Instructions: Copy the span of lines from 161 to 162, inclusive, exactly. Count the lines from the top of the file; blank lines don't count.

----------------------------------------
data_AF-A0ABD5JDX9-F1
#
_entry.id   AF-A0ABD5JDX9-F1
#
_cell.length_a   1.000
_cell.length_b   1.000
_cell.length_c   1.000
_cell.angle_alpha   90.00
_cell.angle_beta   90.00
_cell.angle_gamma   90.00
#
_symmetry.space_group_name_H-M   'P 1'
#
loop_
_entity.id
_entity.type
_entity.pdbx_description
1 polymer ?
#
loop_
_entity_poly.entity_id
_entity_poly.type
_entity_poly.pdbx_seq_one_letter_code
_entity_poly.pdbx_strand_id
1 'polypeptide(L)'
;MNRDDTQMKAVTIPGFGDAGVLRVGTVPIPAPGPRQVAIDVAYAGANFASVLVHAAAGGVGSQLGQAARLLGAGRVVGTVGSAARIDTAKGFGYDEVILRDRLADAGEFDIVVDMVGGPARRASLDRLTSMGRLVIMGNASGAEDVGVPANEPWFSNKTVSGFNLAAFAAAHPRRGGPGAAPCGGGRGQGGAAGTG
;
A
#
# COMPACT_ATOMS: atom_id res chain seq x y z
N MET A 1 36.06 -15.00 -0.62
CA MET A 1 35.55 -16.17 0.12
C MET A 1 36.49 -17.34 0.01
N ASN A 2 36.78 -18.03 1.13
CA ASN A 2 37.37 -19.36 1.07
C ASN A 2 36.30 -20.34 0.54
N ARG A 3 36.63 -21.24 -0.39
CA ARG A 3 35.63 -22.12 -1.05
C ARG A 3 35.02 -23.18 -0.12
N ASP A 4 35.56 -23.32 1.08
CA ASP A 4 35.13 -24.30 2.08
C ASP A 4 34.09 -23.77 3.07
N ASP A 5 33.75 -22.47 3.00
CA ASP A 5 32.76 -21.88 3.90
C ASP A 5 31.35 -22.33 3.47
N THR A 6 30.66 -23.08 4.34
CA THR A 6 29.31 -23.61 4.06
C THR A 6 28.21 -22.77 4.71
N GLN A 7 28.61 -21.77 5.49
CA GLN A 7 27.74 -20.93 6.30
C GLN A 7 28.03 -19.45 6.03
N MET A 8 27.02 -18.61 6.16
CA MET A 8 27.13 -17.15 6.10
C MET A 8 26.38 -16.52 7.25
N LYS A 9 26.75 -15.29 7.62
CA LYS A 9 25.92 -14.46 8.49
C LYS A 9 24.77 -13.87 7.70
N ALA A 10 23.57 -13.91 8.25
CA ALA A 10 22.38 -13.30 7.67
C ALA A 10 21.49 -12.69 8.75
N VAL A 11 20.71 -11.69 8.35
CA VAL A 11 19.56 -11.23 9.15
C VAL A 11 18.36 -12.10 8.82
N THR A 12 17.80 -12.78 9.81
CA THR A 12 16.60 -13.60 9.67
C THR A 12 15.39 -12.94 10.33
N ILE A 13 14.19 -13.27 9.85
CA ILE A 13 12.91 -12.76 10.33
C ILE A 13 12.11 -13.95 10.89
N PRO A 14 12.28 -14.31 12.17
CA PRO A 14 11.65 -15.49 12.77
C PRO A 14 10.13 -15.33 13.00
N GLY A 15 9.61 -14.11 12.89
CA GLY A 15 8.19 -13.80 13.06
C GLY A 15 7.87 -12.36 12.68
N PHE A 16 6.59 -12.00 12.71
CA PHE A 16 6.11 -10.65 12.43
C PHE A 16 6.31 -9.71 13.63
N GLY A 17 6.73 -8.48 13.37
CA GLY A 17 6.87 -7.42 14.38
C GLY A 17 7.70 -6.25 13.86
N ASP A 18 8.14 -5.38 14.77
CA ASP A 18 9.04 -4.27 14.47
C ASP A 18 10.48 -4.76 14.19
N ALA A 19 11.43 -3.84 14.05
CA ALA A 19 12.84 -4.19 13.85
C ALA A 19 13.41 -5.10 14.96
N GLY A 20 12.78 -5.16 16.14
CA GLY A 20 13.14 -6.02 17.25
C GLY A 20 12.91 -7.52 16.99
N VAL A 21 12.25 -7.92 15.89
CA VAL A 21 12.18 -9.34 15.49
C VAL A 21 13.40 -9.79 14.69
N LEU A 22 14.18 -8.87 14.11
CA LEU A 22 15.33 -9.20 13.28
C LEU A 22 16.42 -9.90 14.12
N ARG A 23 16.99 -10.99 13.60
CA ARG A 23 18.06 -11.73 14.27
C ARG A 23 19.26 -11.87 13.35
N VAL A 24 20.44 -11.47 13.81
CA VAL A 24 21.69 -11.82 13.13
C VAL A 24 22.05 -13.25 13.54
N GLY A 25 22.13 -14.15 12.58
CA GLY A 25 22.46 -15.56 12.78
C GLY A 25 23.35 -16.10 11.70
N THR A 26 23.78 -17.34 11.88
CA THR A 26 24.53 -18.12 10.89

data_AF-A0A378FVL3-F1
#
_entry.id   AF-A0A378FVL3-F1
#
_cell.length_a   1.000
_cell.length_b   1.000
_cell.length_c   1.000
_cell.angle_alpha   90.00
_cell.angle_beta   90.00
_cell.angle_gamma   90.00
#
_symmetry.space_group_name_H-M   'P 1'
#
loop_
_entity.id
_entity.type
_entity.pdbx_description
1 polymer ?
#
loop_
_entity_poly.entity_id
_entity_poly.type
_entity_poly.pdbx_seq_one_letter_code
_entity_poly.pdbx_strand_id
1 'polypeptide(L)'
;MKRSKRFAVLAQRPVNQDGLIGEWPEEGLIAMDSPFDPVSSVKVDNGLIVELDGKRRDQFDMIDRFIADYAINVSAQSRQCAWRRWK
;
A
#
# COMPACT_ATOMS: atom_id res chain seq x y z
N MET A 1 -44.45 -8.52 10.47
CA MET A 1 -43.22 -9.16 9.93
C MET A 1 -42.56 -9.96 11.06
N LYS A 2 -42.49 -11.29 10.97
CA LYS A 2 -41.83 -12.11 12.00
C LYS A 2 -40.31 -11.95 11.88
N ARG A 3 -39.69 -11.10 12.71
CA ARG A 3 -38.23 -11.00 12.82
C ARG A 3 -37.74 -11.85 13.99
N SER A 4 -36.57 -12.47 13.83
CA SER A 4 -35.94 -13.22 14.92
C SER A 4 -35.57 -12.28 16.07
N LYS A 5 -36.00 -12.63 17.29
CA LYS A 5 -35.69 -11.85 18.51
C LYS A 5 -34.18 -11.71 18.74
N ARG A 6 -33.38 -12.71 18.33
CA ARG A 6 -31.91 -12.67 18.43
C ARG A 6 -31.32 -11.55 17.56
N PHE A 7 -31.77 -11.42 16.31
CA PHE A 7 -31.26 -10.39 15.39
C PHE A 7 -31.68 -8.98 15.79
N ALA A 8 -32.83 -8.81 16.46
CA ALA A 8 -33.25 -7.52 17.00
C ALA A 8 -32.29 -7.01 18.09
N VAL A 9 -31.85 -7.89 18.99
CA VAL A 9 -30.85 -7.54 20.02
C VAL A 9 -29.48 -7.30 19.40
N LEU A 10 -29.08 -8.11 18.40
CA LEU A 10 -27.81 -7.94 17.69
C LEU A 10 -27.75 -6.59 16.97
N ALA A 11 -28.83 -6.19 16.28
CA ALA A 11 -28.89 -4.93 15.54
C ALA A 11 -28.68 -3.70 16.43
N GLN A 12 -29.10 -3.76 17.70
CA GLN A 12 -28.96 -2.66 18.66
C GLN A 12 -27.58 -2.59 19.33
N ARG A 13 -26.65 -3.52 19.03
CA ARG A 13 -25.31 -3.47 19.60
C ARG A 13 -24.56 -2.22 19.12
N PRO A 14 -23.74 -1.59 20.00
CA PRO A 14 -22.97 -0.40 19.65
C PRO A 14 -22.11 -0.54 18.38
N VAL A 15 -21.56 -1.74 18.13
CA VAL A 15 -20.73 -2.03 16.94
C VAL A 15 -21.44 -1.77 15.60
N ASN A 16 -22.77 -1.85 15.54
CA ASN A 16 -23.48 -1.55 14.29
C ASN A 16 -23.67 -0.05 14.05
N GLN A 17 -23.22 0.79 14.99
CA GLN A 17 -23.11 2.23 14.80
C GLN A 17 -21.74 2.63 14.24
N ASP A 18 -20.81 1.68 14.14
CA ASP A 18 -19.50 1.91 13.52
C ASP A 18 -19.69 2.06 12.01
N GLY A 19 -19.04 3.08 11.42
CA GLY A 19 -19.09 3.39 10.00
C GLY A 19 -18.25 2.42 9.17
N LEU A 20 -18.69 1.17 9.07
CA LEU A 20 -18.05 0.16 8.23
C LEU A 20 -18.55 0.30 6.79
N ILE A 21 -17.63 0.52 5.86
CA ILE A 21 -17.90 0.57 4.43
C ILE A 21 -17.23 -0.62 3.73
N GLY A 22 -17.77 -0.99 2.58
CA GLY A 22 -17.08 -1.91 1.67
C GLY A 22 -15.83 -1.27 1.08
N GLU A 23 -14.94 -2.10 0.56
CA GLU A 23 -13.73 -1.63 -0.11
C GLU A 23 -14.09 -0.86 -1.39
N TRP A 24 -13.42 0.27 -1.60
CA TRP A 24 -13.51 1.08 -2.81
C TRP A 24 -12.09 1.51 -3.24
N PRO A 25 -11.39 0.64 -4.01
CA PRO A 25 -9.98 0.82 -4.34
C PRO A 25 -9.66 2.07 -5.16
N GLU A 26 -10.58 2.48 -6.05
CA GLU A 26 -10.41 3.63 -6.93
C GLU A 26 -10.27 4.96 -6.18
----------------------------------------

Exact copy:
C ALA A 8 -32.29 -7.01 18.09
N VAL A 9 -31.85 -7.89 18.99